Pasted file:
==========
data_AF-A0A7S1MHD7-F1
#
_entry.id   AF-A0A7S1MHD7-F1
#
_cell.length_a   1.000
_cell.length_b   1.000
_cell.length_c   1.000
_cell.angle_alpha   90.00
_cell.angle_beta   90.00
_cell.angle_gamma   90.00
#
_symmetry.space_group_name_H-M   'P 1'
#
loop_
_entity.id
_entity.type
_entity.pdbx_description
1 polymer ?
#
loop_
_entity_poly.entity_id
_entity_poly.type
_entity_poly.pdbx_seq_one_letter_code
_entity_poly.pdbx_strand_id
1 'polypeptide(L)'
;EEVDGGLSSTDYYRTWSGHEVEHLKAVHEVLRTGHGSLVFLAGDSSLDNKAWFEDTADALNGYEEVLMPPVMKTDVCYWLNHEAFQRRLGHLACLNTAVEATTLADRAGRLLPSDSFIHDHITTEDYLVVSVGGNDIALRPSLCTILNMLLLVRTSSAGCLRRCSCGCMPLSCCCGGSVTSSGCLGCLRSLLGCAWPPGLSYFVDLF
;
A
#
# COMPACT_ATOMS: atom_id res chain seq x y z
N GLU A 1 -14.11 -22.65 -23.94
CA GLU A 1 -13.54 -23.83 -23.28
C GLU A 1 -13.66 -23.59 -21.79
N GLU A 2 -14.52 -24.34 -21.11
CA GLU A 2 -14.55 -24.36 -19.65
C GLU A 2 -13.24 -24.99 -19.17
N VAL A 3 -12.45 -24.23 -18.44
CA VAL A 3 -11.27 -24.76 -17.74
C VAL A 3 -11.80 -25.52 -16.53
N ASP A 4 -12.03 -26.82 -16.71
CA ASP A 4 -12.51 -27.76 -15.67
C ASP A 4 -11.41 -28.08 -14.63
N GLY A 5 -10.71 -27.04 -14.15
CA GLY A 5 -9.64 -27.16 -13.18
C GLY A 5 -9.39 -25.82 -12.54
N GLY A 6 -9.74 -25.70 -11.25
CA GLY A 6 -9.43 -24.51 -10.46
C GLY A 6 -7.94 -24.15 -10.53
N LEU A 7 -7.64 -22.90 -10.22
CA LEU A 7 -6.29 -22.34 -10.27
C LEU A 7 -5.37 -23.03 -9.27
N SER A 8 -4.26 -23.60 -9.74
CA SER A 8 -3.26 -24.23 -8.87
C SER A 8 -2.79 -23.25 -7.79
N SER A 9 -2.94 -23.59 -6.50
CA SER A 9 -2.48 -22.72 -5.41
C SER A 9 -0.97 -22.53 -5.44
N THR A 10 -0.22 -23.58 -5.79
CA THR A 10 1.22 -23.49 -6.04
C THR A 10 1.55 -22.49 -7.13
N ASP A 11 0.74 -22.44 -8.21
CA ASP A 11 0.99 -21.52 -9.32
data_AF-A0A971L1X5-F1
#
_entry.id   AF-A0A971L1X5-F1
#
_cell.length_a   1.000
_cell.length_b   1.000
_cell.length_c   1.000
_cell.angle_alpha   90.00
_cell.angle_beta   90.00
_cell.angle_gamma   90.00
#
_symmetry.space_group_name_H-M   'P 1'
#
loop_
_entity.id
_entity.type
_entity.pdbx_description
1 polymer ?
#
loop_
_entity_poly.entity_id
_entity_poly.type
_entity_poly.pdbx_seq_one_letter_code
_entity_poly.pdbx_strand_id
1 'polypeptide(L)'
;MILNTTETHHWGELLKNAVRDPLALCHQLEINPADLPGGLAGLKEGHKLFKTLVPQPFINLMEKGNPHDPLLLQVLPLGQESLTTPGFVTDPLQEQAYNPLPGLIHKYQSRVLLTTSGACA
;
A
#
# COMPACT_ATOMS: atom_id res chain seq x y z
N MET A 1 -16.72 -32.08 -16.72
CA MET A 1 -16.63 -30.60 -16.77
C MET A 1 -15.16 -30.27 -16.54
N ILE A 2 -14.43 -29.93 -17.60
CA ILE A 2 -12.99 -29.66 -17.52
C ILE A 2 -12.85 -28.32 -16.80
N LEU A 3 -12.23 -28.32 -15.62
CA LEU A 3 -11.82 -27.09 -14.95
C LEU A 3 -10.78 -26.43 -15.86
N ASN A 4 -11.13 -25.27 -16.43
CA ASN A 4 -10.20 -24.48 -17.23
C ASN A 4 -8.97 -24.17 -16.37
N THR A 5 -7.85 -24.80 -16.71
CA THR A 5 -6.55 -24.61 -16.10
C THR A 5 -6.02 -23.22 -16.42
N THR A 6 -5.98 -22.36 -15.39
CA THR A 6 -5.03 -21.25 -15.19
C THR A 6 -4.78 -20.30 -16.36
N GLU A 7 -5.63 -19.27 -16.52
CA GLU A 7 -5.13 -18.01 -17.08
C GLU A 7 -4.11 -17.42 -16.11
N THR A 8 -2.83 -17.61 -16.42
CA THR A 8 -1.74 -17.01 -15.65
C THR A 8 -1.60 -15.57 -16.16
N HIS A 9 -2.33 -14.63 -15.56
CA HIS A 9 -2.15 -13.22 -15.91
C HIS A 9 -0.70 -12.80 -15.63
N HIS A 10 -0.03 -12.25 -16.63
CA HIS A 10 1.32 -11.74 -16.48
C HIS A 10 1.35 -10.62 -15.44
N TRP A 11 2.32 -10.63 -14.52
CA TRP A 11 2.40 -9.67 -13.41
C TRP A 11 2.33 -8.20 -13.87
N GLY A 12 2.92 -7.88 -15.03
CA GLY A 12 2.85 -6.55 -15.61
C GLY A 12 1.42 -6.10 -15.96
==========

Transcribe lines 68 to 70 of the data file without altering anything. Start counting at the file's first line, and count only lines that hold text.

_cell.length_b   1.000
_cell.length_c   1.000
_cell.angle_alpha   90.00